Album Chart Positions



'Love In The Hot Afternoon'
(Capitol Records, 1975)
Billboard (USA): No.5, 1975




'Because You Believed In Me'
(Capitol Records, 1976)
Billboard (USA): No.24, 1976




'Paper Rosie'
(Capitol Records, 1977)
Billboard (USA): No.22, 1977




'Beautiful Country'
(Capitol Records, 1977)
Billboard (USA): No.32, 1977




'The Best of Gene Watson'
(Capitol Records, 1978)
Billboard (USA): No.29, 1978
Canada: No.12, 1978




'Reflections'
(Capitol Records, 1978)
Billboard (USA): No.23, 1978
Canada: No.14, 1978




'Should I Come Home'
(Capitol Records, 1979)
Billboard (USA): No.16, 1979




'No One Will Ever Know'
(Capitol Records, 1980)
Billboard (USA): No.45, 1980




'Between This Time & The Next Time'
(MCA Records, 1981)
Billboard (USA): No.38, 1981




'Old Loves Never Die'
(MCA Records, 1981)
Billboard (USA): No.57, 1981




'This Dream's On Me'
(MCA Records, 1982)
Billboard (USA): No.27, 1982




'Sometimes I Get Lucky'
(MCA Records, 1983)
Billboard (USA): No.16, 1983




'Little By Little'
(MCA Records, 1984)
Billboard (USA): No.34, 1984




'Heartaches, Love & Stuff'
(MCA Records, 1984)
Billboard (USA): No.21, 1984




'Memories To Burn'
(Epic Records, 1985)
Billboard (USA): No.35, 1985




'Starting New Memories'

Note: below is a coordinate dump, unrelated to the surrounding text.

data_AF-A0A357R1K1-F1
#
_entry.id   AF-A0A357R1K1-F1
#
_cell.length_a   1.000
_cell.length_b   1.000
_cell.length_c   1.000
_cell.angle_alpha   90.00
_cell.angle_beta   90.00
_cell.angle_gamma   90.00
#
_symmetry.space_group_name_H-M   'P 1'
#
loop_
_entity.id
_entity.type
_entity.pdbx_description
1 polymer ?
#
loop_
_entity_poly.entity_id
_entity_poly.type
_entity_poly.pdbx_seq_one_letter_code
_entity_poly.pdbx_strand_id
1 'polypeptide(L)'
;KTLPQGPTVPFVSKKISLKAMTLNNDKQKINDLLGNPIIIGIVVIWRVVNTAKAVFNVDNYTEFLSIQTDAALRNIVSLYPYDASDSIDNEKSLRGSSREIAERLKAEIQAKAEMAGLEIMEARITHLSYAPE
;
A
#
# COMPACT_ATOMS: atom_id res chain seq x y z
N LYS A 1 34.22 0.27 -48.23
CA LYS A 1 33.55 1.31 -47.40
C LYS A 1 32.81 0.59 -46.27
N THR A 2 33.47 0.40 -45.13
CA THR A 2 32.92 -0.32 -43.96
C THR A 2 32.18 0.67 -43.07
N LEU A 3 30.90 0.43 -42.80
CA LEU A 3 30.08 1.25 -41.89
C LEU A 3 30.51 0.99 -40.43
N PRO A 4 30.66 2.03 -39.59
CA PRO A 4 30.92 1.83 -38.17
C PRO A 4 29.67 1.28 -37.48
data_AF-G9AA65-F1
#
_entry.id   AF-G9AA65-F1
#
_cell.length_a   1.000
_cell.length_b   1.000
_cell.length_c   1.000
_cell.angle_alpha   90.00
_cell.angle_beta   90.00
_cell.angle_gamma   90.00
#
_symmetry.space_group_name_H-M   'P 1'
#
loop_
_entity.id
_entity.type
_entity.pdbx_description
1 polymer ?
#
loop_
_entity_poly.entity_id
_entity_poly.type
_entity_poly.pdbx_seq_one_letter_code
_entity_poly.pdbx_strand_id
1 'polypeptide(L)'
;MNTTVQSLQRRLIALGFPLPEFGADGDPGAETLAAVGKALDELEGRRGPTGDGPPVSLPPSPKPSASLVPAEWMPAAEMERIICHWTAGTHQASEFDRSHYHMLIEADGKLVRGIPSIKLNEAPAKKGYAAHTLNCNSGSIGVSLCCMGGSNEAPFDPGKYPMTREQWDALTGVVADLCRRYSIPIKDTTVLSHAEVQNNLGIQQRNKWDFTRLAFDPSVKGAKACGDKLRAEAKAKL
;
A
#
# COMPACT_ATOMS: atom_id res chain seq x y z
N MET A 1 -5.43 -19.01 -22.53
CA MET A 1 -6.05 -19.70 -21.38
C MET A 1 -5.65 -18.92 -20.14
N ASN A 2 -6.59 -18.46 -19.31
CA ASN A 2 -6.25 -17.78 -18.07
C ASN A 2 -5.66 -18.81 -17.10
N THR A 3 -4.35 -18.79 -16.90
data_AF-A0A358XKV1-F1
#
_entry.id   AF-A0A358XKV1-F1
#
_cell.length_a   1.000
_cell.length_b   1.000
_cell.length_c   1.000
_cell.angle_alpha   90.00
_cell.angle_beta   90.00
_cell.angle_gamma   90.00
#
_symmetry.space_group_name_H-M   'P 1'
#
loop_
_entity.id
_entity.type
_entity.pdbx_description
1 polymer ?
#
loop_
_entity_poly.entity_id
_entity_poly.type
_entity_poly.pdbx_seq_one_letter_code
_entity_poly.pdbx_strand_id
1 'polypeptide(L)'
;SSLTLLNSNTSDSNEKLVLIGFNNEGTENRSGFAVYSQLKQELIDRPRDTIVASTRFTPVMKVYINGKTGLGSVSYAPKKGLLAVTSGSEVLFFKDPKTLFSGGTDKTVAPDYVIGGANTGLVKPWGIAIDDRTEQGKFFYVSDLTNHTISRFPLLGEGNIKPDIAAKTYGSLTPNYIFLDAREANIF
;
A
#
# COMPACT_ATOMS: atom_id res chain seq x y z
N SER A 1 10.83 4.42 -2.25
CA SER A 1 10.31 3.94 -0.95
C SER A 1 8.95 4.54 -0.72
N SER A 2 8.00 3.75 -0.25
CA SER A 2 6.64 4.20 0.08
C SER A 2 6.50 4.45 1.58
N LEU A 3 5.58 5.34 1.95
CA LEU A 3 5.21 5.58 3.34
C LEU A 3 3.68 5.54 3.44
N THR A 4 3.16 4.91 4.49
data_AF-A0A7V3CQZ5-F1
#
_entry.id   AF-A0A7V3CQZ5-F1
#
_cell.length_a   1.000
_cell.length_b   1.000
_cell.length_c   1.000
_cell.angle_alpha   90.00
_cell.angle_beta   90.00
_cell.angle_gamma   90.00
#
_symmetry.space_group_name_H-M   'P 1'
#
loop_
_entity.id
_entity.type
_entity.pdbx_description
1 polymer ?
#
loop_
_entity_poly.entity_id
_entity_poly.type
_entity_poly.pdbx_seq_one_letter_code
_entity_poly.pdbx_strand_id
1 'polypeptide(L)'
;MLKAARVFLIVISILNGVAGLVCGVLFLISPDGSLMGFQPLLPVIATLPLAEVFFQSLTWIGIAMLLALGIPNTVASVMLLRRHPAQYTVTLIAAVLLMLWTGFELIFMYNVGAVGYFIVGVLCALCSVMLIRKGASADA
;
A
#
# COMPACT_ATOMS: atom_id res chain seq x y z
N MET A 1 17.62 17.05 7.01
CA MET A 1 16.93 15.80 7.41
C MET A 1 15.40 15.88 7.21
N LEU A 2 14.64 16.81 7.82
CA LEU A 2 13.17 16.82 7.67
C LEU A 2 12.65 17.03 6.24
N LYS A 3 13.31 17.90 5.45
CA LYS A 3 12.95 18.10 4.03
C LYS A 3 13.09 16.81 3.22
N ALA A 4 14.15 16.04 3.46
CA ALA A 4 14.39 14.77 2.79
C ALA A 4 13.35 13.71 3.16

(Epic Records, 1986)
Billboard (USA): No.49, 1986




'Honky Tonk Crazy'
(Epic Records, 1987)
Billboard (USA): No.54, 1987




'Back In The Fire'
(Warner Bros. Records, 1988)
Billboard (USA): No.42, 1988




'At Last'
(Warner Bros. Records, 1991)
Billboard (USA): No.74, 1991




'Your Money & My Good Looks'
(with Rhonda Vincent)
(Upper Management Music, 2011)
Billboard (USA): No.56, 2011




'Best of the Best: 25 Greatest Hits' (Fourteen Carat Music, 2012)
Billboard (USA): No.64, 2012




'My Heroes Have Always Been Country' (Fourteen Carat Music, 2014)
Billboard (USA): No.48, 2014




'Real.Country.Music' (Fourteen Carat Music, 2016)
Billboard (USA): No.

Hux Records

Hux Records have, since February 1998, an enviable reputation as specialists in releasing classic archive recordings.  All Hux Records titles include material which has never been available on CD before.

Hux Records is always looking for new ideas and welcomes any feedback regarding potential album releases.

If you have any interesting suggestions, please get in touch via the Hux Records Contact Form.

CMP



Country Music People is Europe’s number one country music magazine.

Country Music People is the specialist expert on country music - past, present and future.

Hux Records



Since February 1998, England-based Hux Records have been specialists in releasing classic archive recordings.

Gene Watson Fan Site